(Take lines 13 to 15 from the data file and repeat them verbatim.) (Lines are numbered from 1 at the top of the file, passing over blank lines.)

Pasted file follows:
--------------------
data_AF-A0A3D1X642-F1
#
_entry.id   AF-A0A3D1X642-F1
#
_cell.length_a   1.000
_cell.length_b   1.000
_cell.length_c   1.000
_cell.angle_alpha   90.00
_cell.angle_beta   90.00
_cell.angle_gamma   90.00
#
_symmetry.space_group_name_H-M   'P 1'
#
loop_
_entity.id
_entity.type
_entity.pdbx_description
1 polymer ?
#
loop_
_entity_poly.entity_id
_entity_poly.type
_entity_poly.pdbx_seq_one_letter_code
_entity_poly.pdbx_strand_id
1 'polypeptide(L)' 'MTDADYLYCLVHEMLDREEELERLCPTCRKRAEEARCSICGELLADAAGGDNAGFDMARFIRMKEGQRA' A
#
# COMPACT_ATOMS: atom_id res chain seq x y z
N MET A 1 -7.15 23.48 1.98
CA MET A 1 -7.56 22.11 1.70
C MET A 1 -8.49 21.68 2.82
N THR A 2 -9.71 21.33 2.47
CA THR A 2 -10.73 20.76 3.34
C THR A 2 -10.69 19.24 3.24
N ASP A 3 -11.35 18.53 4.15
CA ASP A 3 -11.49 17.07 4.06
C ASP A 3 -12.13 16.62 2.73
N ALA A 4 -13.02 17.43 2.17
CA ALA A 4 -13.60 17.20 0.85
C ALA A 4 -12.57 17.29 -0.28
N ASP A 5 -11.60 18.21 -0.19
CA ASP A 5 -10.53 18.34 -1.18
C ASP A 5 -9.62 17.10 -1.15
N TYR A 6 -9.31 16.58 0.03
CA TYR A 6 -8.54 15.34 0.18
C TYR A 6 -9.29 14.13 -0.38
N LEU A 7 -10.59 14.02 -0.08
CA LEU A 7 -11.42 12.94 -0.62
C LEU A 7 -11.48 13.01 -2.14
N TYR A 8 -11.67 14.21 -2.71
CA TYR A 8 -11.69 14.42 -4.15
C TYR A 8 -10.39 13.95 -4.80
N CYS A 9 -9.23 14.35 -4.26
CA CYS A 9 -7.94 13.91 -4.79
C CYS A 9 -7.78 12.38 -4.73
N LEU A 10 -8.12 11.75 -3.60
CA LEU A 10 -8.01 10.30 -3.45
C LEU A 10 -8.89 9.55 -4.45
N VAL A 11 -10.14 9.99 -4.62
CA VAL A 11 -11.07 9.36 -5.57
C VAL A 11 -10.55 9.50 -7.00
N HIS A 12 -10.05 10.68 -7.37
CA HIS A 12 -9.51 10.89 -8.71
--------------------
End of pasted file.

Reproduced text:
#
loop_
_entity.id